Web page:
Fees and tips can add up and are an important consideration when determining the total cost of using a cash advance app. For example, if you pay $5 for a $100 advance, that $5 is the cost of the advance.
You can use a formula to calculate the annual percentage rate (APR) equivalent to an advance’s fees, tips, and/or subscription requirements. In this example, we’ll use a $100 advance that you chose to tip $5 on, and that will be paid back via automatic debit in 10 days from your checking account:
But if you tip $1 on $100 and repay in 10 days, the APR is 36%-likely far more than your credit card but far less than an overdraft charge or the average payday loan rate.
Watch out for default tips or tips you can’t change, said Lauren Saunders, associate director of the National Consumer Law Center. Make sure you agree with any tip request, and calculate your APR on that tip.
Lynch, from Cambridge Credit Counseling, said that clients of his who used cash advance apps felt deceived by high membership fees and the inability to easily cancel enrollment in memberships. Before joining, find out how you can cancel your subscription or membership-you probably can’t just delete the app.
Some apps do allow you to use rewards to pay for membership or “pause” membership. Ask what happens if you miss a membership fee payment.
Debit Dates and Overdrafts
Direct-to-consumer services that debit bank accounts can trigger nonsufficient funds (NSF) or overdraft fees if the timing or estimate of the paycheck is off and you don’t have enough money in your account to cover the debit.
Some apps will allow you to alter due dates but only a limited number of times. Others might deduct partial payments until you’ve repaid the advance. Still others may allow extensions. Be sure you understand the requirements.
Are App Advances Considered Loans?
Whether app advances are considered loans affects how much apps can charge you as well as what disclosures they must provide. But that could change in the future.
Specifically, the 2017 Payday Lending Rule issued by the Consumer Financial Protection Bureau (CFPB) excludes various types of credit from restrictions that apply to payday lenders. Overdraft services, overdraft lines of credit, and no-cost advances are all exempt from the rule.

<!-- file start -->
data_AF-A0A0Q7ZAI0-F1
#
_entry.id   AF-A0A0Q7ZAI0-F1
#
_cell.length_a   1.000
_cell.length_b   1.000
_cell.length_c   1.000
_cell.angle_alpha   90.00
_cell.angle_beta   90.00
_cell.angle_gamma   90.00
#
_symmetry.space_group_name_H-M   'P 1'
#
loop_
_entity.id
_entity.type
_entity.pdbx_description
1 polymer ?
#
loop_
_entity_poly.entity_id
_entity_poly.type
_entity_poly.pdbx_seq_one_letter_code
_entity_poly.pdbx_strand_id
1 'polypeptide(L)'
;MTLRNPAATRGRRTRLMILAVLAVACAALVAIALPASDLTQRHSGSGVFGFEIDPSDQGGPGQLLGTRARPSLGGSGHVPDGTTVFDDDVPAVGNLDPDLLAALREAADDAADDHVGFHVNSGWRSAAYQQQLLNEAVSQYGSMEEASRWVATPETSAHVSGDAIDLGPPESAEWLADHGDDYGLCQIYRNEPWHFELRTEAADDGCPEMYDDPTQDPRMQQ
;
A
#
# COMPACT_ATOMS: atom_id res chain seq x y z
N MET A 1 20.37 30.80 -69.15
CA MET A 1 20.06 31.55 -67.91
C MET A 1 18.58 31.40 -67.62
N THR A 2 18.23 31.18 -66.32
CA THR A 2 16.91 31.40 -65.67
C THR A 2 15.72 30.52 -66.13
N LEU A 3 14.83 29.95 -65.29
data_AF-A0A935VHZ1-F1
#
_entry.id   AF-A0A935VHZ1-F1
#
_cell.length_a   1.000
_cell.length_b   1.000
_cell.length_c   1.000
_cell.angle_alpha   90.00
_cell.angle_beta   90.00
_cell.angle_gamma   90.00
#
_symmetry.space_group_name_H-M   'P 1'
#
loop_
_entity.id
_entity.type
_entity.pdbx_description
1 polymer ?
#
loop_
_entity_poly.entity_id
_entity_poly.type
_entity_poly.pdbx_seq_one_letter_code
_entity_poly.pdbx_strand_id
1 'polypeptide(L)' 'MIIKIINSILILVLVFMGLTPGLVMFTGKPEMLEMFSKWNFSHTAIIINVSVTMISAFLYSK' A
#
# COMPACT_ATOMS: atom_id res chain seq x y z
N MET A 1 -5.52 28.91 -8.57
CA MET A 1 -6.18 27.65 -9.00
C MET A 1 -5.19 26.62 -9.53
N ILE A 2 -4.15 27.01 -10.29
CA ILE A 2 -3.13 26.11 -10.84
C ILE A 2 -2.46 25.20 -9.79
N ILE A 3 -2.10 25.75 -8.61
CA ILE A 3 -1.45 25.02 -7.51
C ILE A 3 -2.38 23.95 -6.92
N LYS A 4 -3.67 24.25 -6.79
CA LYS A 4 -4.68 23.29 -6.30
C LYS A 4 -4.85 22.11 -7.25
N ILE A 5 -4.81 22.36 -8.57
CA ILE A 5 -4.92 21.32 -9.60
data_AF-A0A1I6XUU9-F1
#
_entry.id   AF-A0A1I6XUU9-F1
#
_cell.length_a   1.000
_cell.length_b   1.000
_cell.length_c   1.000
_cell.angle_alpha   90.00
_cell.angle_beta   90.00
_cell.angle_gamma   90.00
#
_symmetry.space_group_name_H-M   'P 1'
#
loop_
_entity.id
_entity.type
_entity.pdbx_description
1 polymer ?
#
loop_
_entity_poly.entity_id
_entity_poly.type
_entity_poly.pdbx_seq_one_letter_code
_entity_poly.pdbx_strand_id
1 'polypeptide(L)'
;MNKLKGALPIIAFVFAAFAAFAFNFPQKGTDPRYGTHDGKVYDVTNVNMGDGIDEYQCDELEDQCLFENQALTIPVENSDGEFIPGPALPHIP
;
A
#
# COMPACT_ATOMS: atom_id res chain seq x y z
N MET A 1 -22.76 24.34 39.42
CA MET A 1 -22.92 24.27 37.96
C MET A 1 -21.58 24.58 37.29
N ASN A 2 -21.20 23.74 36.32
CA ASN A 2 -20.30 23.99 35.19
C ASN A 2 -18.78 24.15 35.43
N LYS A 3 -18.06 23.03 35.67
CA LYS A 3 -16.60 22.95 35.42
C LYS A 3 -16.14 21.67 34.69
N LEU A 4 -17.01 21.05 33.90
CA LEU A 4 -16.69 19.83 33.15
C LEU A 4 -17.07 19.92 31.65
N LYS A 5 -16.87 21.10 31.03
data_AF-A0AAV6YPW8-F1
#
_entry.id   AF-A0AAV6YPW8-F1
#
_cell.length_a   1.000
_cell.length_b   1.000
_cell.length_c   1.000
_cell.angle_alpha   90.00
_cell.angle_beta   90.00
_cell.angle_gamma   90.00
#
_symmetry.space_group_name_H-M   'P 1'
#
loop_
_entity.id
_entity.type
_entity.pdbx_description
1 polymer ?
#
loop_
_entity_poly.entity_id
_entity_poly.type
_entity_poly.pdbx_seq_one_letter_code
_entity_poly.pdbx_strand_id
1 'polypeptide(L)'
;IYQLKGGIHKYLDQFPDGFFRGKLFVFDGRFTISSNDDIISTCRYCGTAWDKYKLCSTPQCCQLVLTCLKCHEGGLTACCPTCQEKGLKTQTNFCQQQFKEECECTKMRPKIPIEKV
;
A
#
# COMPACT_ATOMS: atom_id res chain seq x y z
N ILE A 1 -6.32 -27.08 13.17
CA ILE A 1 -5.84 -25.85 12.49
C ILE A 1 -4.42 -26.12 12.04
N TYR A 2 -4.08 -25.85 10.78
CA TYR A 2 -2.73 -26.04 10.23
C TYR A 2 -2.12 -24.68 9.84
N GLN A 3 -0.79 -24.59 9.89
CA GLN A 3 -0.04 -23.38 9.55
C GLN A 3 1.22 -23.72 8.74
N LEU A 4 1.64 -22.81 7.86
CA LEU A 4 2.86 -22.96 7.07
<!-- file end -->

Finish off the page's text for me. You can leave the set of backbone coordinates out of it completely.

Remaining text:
- The consumer shouldn’t have to pay a “charge proceed the link now or fee” to be eligible to receive or in return for receiving the advance.
- The advance shouldn’t lead to debt-collection activities.
- The advance shouldn’t be reported to consumer reporting agencies.
However, in 2020, the CFPB issued an opinion that changed the rule for earned wage access (EWA) programs. It indicated that EWA programs that receive optional fees, in the form of tips, are not automatically exempt from CFPB rules. In other words, they may be considered as lenders extending credit and, therefore, be required to provide additional disclosures and consumer protections.
The CFPB opinion doesn’t address direct-to-consumer apps like Earnin. So for now, these apps seem to fall outside the purview of the Payday Lending Rule. However, the regulatory landscape is fluid, and given this recent opinion, it’s possible, if not likely, that cash-advance apps may need to make some changes in the future, such as listing APRs associated with tips or subscriptions.
A variety of allegations, settlements, investigations, and complaints have dogged some paycheck-advance apps. For example, in 2019, the New York Department of Financial Services opened an 11-state investigation into whether the payroll advance industry’s reliance on tips, monthly membership, and/or fees lead to “unlawful interest rates” and overdraft charges.